1. Skip to content
  2. Skip to main menu
  3. Skip to more DW sites
Fighters from the Benghazi Shura Council, which includes former rebels and militants from al Qaeda-linked Ansar al-Sharia, gesture on top of a tank next to the camp of the special forces in Benghazi July 30, 2014. On Wednesday, the eastern city of Benghazi was quieter after Islamist fighters and allied militia forces overran a special forces army base in the city in a major blow to a military campaign against Islamist militants there. The self-declared Benghazi Shura Council forces took over the base on Tuesday after fighting involving rockets and warplanes that killed at least 30 people. REUTERS/Stringer
Image: Reuters

Libya asks UN for intervention

August 13, 2014

Libya's new parliament has adopted a resolution asking the UN for help to deal with militia violence across the country. The assembly has said it wants to integrate members of the militias into the regular army.


Libyan lawmakers, meeting Wednesday in the far-eastern coastal city of Tobruk amid fighting in the country's two main cities, voted strongly in favor of an appeal for outside help.

An overwhelming majority, 111 of the 124 deputies present, voted for a resolution that would call on the UN Security Council to take action to protect civilians.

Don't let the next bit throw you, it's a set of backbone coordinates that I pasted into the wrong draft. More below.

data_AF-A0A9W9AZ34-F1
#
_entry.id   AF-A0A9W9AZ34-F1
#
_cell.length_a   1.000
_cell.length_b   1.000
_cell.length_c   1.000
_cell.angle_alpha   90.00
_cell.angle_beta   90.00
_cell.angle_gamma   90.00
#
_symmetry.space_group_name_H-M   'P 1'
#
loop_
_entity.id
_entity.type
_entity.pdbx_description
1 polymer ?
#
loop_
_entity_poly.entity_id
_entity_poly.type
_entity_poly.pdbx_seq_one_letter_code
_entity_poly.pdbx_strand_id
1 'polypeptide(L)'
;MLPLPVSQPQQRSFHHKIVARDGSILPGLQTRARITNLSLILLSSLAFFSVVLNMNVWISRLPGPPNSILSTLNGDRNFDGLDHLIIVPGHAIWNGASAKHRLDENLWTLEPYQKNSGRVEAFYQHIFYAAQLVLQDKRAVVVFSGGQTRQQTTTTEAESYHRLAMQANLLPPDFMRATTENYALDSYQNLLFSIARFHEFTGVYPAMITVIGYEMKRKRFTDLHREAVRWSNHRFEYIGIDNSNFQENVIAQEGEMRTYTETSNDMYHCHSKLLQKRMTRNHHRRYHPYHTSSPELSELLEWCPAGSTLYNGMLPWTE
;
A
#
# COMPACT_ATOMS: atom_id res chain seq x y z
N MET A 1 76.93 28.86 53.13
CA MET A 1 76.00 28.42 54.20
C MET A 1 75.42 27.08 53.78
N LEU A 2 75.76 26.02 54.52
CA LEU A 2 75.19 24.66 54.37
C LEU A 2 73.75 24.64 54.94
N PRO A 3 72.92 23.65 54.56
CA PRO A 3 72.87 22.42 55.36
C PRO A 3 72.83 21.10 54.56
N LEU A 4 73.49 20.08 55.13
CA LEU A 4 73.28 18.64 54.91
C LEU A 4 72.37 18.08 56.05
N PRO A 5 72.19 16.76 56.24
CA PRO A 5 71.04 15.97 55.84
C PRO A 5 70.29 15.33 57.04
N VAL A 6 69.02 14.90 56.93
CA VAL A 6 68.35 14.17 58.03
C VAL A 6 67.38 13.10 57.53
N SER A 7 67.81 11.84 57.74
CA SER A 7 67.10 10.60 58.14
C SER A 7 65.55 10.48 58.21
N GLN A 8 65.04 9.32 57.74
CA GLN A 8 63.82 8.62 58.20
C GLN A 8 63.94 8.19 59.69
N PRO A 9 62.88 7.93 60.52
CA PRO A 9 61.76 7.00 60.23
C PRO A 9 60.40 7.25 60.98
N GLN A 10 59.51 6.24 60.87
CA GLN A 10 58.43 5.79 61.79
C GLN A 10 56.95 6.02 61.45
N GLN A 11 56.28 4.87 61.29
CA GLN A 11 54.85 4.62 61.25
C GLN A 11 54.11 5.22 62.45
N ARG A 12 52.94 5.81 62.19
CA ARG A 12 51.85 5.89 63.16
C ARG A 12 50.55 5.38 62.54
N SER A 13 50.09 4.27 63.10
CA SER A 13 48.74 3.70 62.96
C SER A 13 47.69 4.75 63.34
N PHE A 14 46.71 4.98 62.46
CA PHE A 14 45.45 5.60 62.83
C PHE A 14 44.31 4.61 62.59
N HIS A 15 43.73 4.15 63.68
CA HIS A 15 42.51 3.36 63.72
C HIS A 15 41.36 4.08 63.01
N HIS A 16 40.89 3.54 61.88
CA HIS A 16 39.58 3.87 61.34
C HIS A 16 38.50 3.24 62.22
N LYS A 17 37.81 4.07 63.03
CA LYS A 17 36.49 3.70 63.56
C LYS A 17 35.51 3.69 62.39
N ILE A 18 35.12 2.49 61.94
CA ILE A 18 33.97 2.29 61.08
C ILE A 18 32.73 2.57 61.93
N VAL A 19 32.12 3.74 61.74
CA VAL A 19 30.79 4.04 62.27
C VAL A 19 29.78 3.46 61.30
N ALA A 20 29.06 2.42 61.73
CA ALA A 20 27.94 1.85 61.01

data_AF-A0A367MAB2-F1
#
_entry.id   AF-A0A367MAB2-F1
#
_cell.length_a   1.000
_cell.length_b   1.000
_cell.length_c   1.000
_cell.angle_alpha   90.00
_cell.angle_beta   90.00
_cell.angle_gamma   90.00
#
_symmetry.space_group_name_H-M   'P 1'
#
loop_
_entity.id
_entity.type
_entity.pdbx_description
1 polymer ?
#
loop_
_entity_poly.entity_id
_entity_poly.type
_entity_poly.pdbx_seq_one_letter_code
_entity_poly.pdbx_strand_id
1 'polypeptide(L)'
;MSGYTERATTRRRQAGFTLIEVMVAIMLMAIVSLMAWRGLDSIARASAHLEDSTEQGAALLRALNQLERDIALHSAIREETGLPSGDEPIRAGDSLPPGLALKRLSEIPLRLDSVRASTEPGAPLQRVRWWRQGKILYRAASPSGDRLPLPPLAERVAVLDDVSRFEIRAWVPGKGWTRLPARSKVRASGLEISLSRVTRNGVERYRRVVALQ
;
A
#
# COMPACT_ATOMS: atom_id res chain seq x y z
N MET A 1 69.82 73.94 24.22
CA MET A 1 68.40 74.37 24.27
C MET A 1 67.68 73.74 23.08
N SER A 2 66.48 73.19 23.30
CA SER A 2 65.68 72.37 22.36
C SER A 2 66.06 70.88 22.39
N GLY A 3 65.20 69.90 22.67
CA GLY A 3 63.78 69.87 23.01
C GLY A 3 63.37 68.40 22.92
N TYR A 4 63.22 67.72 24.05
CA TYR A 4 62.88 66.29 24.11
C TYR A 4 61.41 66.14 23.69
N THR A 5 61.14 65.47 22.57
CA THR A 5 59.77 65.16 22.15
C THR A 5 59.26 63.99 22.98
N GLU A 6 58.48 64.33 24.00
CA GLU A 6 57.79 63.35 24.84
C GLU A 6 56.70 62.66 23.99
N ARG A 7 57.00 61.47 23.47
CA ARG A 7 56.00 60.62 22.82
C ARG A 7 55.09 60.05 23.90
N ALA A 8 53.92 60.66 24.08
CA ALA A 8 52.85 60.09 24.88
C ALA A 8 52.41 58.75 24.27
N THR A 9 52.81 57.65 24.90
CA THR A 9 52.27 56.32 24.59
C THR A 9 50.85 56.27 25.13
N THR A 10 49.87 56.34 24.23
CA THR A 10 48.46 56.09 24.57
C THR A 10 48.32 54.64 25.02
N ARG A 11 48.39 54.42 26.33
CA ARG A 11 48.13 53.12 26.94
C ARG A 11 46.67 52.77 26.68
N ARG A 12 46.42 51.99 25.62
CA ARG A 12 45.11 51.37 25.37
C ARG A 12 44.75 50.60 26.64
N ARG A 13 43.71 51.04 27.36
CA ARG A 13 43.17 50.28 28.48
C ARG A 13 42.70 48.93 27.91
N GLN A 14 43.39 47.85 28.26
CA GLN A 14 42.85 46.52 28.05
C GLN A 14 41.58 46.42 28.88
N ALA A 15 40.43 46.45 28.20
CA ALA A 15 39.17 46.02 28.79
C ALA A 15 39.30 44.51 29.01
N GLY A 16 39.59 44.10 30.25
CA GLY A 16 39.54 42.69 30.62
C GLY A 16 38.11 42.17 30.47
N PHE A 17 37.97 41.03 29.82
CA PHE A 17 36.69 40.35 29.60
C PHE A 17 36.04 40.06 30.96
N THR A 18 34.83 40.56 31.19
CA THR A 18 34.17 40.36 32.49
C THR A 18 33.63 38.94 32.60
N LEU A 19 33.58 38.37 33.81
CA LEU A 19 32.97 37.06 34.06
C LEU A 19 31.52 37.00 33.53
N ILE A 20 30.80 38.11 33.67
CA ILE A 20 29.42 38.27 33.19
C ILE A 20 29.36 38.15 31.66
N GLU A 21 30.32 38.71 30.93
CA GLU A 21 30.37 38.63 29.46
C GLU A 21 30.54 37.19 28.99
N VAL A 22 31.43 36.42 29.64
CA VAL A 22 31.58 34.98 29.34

"The international community must intervene immediately to ensure that civilians are protected," MP Abu Bakr Biira told the AFP news agency, quoting from the resolution. There was no further elaboration from the assembly, elected on June 25, about what sort of intervention was needed to put an end to the mounting violence.

The resolution was adopted on the same day the parliament voted to disband the militias brigades, composed largely of ex-rebels involved in the toppling of ousted late leader Moammar Gadhafi, and integrate them into the regular military.

Of particular concern at present is inter-militia fighting in and around the capital, Tripoli, and battles in Benghazi between rogue army general Khalifa Haftar and Islamists.

The often heavily armed militias are, at present, more powerful than the Libyan state's own armed forces.

On Tuesday, hooded gunmen shot and killed Tripoli police chief Colonel Mohamed al-Suissi in the city's eastern suburbs.

rc/glb (AFP, AP, dpa, Reuters)

Skip next section Explore more